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We are now entering day 44 of the social distancing order. We have a small message board in our kitchen where my children have been counting how many days we’ve been in quarantine. So far, according to the Gibson children, it has been too long. How many days can this go on? We really don’t have an answer to that. For now we need to trust the governing authorities that the Lord has placed over us to make those hard decisions. It could be a few weeks more. It could be months.

All of us would agree that the practice of social distancing is good for us. Most people I encounter (from a distance!) are doing a pretty good job submitting to our nations leaders and are demonstrating love for their neighbor to stop the spread of the COVID-19 but those of us that are Christians are feeling a sense of sorrow in the midst of all this. I actually think that it’s proper that we are sorrowful because God has not designed His Church to gather alone in our living room to watch a livestream sermon. In the year 2020 we are privileged to have a plethora of impressive online resources at our fingertips: video conferencing such as Facebook live, Zoom, and Google Hangout, to name just a few. These resources are a blessing so that we can stay connected, pastors can check in with their flock, and we can hear the preached Word in the comfort of our home. Virtual meetings have become extremely important during this time of social distancing  but no matter how much we depend on them, they will never be able to replace the gathering of the local body. Even though these resources are good and provide churches around the globe with a sense of staying connected, there is still something missing.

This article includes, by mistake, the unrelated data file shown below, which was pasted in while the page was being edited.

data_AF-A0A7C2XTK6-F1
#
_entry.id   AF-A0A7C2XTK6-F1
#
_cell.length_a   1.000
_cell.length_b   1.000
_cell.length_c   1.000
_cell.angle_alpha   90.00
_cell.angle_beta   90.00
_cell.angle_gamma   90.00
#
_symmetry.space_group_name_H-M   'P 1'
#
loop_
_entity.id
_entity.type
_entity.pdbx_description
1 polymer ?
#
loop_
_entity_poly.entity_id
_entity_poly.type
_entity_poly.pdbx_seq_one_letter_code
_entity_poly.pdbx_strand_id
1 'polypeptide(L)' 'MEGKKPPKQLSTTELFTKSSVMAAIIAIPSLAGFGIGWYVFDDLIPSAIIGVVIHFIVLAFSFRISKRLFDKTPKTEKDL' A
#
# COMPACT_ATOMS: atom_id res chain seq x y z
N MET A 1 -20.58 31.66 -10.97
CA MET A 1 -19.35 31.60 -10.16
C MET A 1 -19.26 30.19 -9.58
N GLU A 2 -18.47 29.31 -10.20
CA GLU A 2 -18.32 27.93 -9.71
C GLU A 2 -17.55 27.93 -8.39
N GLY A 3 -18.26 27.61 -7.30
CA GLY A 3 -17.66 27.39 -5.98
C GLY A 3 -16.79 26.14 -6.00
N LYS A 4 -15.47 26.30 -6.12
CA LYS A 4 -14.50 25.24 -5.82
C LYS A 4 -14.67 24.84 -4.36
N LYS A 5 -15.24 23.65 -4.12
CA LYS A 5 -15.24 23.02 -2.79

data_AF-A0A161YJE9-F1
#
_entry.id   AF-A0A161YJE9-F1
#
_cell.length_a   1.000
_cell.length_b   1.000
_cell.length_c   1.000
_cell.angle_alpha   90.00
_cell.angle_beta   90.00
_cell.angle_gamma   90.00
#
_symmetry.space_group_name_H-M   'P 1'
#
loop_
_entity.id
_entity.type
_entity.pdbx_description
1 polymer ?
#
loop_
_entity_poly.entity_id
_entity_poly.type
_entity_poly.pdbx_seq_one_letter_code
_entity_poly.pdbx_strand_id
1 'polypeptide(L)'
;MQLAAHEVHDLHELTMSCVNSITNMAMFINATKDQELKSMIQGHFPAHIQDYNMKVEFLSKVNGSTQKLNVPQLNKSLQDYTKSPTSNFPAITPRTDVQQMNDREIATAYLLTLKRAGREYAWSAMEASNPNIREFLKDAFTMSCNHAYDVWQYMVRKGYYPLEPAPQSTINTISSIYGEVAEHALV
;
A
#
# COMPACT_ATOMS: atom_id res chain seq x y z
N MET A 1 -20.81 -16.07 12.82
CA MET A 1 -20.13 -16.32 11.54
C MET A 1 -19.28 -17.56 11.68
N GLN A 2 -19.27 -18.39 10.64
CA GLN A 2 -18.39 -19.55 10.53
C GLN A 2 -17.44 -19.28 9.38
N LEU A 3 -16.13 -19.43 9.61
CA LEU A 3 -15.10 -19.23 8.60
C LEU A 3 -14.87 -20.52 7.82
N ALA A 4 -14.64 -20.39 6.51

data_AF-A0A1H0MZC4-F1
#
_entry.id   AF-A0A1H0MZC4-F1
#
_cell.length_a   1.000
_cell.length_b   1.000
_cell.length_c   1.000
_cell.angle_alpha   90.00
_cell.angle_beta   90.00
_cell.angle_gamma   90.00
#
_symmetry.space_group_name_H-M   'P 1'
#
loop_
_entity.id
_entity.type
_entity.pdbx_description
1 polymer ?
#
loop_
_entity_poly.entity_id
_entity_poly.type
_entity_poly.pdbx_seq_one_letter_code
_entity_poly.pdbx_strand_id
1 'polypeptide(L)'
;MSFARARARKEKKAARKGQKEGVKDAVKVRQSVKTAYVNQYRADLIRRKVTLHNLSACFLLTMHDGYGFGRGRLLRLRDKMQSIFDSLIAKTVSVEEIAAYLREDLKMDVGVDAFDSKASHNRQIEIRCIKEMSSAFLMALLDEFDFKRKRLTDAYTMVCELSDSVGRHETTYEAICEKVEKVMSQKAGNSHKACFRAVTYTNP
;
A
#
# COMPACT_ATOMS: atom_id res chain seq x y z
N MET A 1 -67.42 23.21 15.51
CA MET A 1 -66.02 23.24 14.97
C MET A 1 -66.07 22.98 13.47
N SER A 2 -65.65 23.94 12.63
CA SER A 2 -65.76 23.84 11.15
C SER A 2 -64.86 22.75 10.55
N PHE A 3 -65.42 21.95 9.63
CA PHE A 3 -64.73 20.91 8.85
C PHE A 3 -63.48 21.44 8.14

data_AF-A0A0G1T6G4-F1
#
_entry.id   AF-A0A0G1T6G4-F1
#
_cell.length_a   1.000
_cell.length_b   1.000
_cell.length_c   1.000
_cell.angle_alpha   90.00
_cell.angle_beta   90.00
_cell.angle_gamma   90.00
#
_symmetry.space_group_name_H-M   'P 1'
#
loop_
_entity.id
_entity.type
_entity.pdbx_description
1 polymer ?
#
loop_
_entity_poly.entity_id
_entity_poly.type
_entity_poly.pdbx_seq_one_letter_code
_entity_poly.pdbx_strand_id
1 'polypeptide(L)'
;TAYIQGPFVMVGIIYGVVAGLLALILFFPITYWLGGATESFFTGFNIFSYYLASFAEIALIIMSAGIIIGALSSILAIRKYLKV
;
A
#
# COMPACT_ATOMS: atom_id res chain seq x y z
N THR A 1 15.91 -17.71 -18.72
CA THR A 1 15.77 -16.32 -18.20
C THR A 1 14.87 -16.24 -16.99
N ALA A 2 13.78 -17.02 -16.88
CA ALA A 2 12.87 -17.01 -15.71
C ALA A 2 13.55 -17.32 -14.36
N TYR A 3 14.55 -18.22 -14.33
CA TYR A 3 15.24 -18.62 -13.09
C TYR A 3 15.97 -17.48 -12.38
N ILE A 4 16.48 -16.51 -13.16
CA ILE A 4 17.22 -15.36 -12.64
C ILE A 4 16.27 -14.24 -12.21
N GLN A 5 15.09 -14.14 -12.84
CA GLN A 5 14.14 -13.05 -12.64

God created us to be in community. When we can’t be together for our regular gatherings our hearts should ache. Personally, for me, this time of self distancing is like walking around with a missing arm or leg. The body of Christ serves with many parts and when those parts are missing from your daily life you start to feel like an amputee.